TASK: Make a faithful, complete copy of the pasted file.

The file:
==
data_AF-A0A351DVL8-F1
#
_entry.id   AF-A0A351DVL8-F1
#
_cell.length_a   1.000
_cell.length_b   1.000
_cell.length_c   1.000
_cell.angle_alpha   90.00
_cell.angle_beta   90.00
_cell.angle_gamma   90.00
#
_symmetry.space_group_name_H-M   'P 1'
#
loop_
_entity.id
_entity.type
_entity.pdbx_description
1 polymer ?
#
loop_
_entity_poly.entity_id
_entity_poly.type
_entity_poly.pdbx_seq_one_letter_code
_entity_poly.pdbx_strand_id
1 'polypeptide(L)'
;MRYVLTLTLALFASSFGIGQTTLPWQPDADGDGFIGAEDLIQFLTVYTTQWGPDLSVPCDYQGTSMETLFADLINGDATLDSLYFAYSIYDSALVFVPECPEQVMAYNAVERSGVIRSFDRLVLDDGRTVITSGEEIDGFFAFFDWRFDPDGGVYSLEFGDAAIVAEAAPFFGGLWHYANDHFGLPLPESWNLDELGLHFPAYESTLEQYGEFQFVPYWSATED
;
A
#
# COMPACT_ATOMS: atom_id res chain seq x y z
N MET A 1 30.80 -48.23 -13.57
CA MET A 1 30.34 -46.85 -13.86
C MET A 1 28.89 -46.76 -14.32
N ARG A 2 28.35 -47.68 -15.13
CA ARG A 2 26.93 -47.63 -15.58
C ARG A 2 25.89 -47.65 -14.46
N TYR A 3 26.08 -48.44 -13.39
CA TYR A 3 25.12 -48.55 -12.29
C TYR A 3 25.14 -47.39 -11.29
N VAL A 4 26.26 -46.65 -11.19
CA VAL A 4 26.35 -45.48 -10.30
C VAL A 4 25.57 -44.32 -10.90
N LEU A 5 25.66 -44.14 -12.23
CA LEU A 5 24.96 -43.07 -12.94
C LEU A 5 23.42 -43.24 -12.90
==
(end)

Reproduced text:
data_AF-A0A351DVL8-F1
#
_entry.id   AF-A0A351DVL8-F1
#
_cell.length_a   1.000
_cell.length_b   1.000
_cell.length_c   1.000
_cell.angle_alpha   90.00
_cell.angle_beta   90.00
_cell.angle_gamma   90.00
#
_symmetry.space_group_name_H-M   'P 1'
#
loop_
_entity.id
_entity.type
_entity.pdbx_description
1 polymer ?
#
loop_
_entity_poly.entity_id
_entity_poly.type
_entity_poly.pdbx_seq_one_letter_code
_entity_poly.pdbx_strand_id
1 'polypeptide(L)'
;MRYVLTLTLALFASSFGIGQTTLPWQPDADGDGFIGAEDLIQFLTVYTTQWGPDLSVPCDYQGTSMETLFADLINGDATLDSLYFAYSIYDSALVFVPECPEQVMAYNAVERSGVIRSFDRLVLDDGRTVITSGEEIDGFFAFFDWRFDPDGGVYSLEFGDAAIVAEAAPFFGGLWHYANDHFGLPLPESWNLDELGLHFPAYESTLEQYGEFQFVPYWSATED
;
A
#
# COMPACT_ATOMS: atom_id res chain seq x y z
N MET A 1 30.80 -48.23 -13.57
CA MET A 1 30.34 -46.85 -13.86
C MET A 1 28.89 -46.76 -14.32
N ARG A 2 28.35 -47.68 -15.13
CA ARG A 2 26.93 -47.63 -15.58
C ARG A 2 25.89 -47.65 -14.46
N TYR A 3 26.08 -48.44 -13.39
CA TYR A 3 25.12 -48.55 -12.29
C TYR A 3 25.14 -47.39 -11.29
N VAL A 4 26.26 -46.65 -11.19
CA VAL A 4 26.35 -45.48 -10.30
C VAL A 4 25.57 -44.32 -10.90
N LEU A 5 25.66 -44.14 -12.23
CA LEU A 5 24.96 -43.07 -12.94
C LEU A 5 23.42 -43.24 -12.90